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Dean Dolan and VP Calhoun discuss new upperclass room draw, ICE guidelines, and potential gap year ‘lottery’ at open Q&A

Nassau Hall afternoon sun
Jon Ort / The Daily Princetonian

The University may employ a “lottery system” to determine when students who elect to take gap years may re-enroll, Dean of the College Jill Dolan told over 750 attendees of a Zoom Q&A last night.

At 6 p.m. on Tuesday, July 7, the Undergraduate Student Government (USG) hosted a 90-minute Q&A with Dolan and Vice President for Campus Life Rochelle Calhoun, the second event of this nature, to allow students to ask questions about the University’s recently-released fall reopening plan.


The administrators discussed leave-of-absence policies, housing and dining options in the fall, and how recent U.S. Immigration and Customs Enforcement (ICE) guidelines may impact international students.

Dolan and Calhoun said that students on campus will be tested immediately upon arrival and weekly thereafter. All upperclass-students will participate in another room draw, including those who previously selected singles. The University expects that “once students are in the Princeton area, they stay in the Princeton area.” 

In its Monday announcement, the University indicated that it would allow some students “leading co-curricular programs that require them to be on campus” to return. In yesterday’s Q&A, Calhoun suggested that group would comprise only Residential College Advisers (RCAs), as well as Reserve Officer Training Corps (ROTC) cadets.

“The group that we’ve permitted to come back to campus are RCAs,” she said. “We hope that other student leaders will be able to do their duties remotely. At this time, the only student leader group that’s been invited back is the RCAs.”

Dolan and Calhoun answered a number of academics-related questions, indicating that a new course schedule would be posted around July 20.

Gap year guidelines and immigration policy


On the question of gap years, Dolan said new students looking to defer their admission by a year and returning students hoping to take a leave of absence may do so through normal University processes — though, as she previously indicated, these students cannot be guaranteed immediate return to the University.

On who would be able to return, Dolan said: “We want to be as fair as possible — we would probably have a lottery system in most cases, and it would be in September or early October.” 

“I really hope that you decide not to take [a] leave of absence,” she added. 

Another student asked if international students taking a leave of absence could be given priority to return, in light of the recently-announced ICE protocol that prevents international students taking only online classes from remaining in the United States. Dolan said that no answer is available at the moment, as the University awaits more information. 

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Dolan indicated that the University is still unsure how its fall plans fit within the ICE’s definitions of online versus hybrid education.

“The way the Department of Homeland Security is defining hybrid or online is different from how we’re defining it,” she said — noting that the University’s government affairs and legal affairs offices have been working to understand the implications of the ICE guidelines.

Dolan also discussed the possibility of a “study away” program, which would allow undergraduates to “study away” at a university in their country of residence. The University’s Monday announcement indicated that the possibility is under consideration. Students would be able to take courses that fulfill general distribution requirements from a “list of programs that we have a relationship with and are approved by the Office of International Programs,“ Dolan said.

Students asked several additional questions concerning international students — including whether international first-year and junior students could stay on campus in the spring, and whether the University would provide housing accommodations for housing-insecure students with invalidated visas in their home countries. Dolan indicated that a number of these questions are under consideration, as the University determines how the ICE guidelines will impact the student body.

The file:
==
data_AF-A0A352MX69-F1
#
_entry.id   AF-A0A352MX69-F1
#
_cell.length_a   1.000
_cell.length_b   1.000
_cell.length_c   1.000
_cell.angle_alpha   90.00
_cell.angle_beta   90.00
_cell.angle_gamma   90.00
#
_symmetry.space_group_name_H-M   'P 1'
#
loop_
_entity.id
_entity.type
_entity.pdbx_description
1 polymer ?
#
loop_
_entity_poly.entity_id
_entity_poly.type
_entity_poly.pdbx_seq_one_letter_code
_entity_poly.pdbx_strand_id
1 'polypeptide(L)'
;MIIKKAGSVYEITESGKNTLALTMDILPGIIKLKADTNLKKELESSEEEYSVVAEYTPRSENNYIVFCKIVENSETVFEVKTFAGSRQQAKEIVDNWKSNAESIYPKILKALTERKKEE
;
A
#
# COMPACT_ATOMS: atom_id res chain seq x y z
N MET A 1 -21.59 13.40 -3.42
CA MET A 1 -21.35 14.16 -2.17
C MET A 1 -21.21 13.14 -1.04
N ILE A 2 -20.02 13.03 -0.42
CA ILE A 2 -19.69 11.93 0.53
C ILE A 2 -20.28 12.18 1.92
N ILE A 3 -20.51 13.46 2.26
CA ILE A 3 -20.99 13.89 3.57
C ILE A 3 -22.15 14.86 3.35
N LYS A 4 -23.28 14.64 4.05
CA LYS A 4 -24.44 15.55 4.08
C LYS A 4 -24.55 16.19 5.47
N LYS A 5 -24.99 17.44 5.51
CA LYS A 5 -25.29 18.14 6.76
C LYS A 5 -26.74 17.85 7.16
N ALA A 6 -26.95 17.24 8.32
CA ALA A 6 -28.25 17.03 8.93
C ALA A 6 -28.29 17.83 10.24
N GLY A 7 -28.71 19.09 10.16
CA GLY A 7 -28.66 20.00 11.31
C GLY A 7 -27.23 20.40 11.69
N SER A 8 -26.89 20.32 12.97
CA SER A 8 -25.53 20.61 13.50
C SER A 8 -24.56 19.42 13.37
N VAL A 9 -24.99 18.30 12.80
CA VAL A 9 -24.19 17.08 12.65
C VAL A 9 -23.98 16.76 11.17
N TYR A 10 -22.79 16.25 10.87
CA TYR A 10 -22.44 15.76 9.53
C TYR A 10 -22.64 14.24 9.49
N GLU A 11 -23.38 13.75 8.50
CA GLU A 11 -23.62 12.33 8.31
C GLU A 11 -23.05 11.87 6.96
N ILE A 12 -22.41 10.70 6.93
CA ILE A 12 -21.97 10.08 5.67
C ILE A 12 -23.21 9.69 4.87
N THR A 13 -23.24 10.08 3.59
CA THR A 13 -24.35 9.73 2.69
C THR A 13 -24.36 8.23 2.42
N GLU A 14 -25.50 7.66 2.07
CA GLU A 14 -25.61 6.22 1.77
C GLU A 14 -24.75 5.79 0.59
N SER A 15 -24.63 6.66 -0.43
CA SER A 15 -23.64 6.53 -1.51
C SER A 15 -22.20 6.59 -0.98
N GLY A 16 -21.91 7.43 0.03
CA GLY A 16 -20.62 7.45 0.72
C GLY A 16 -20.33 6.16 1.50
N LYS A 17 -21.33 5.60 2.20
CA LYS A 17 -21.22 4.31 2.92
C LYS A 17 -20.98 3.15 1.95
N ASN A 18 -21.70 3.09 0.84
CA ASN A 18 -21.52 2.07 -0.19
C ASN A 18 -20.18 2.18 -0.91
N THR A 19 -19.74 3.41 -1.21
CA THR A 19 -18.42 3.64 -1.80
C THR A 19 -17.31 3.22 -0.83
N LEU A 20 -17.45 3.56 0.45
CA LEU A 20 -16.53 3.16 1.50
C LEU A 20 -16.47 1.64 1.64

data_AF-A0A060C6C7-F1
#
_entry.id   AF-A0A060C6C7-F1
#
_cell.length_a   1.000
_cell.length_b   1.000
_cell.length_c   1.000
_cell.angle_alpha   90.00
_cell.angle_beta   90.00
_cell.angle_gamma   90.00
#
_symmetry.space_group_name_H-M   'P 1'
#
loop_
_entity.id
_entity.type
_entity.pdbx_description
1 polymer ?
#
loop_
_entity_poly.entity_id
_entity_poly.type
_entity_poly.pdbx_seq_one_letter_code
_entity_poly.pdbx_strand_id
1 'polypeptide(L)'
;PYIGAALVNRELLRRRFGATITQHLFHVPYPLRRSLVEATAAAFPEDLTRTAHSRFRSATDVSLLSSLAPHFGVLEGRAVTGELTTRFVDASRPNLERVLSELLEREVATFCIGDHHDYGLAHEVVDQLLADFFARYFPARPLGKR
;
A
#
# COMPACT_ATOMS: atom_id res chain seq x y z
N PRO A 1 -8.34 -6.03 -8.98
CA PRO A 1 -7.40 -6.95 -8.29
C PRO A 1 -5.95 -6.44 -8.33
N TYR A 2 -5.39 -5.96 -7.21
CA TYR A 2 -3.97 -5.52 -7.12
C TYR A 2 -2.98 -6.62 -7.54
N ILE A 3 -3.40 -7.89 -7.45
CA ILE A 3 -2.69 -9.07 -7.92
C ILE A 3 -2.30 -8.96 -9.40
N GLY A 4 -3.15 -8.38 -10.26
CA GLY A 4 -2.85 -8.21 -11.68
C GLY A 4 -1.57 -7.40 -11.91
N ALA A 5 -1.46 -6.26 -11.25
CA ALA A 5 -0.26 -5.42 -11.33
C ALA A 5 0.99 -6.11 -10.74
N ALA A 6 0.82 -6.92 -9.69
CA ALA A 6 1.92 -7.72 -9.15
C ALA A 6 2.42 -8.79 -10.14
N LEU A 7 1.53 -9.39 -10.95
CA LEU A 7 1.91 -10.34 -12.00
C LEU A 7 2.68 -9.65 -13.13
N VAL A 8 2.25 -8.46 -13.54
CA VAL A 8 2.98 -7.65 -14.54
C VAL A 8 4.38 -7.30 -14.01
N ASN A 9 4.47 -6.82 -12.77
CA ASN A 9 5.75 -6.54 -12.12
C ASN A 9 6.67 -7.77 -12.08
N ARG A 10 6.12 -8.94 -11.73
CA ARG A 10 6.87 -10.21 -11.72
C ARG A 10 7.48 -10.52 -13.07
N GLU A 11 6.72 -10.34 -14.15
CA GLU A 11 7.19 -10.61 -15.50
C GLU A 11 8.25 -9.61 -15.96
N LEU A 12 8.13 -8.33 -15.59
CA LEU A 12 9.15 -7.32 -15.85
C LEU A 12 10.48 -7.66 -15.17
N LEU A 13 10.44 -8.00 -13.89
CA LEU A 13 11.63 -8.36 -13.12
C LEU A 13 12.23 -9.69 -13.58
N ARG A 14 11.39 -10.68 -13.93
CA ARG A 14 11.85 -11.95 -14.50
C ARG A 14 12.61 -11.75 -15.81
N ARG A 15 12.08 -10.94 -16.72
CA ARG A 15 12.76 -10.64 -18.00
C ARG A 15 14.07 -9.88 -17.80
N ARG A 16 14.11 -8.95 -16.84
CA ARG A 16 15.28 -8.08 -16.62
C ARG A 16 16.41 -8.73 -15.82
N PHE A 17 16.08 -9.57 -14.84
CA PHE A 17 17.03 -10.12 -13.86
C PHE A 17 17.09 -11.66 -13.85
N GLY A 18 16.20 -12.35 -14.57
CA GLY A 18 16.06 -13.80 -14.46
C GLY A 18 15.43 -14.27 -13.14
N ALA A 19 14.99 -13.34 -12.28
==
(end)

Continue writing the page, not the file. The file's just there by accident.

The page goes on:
Housing and Dining

Dolan and Calhoun were also asked to elaborate on housing and dining plans. Calhoun said that because “we cannot, in dormitories, have communal dining,” everyone on campus will be on a meal plan, and co-ops will be suspended.

She added that students living in Spelman Hall will still have access to their kitchens and that information about eating clubs will become available in the next few weeks. 

Students will also have their own bedrooms, though the rooms themselves will not necessarily be singles. Dolan said that move-in will be scheduled by time and that students will sign up for specific slots. The University, she said, will provide “kits” that include “several masks” and perhaps hand sanitizer.

A “campus safety group” will also examine cleaning protocols to ensure compliance with state and federal health guidelines, especially in dormitories where students do not have access to bathrooms in their rooms. 

Another student asked about access to outdoor spaces. 

Dolan explained that as of now, there are “no restrictions on being outdoors.” She added that the University is working on providing shaded outdoor spaces for students to work in. Calhoun said the University is also considering whether to open other spaces, such as Frist Campus Center, where traffic can be controlled to “limit [access] to students with their prox cards.”

Libraries and Dillon Gymnasium are also developing protocols to open. More information will be available later in the summer, Calhoun said. 

Dolan said students who face housing insecurity will qualify for “streamlined process,” by which they can apply to stay on campus. 

“The students that have been on campus this summer should expect that their application to stay on campus in the fall will be well-received,” she added.

A rising senior asked why Princeton chose the course of action they did, as opposed to, for instance, Yale’s model, which will allow 60 percent of undergraduates to return to campus and permits seniors to stay on campus for both fall and spring semesters. 

Calhoun said that it “became clear through the state of New Jersey that we were going to need to de-densify” and for that reason “we could not have all students back on campus.” Dean Dolan stated that deciding which class years came back during which semester was decided by an “academic logic.” 

In response to a question of whether students living off campus will be able to be part of campus life, Dean Dolan said, “if they’re a part of the two classes that have been invited back to campus, they will have full access to campus except for the residential dorms.” 

Another student asked if undergraduates returning from high-risk states listed in New Jersey’s travel restrictions — which currently include California, Texas, and Florida — will be invited back to campus two weeks early. Calhoun said that such a measure would not be necessary, “because everyone has their own room, and they can quarantine in their own room.”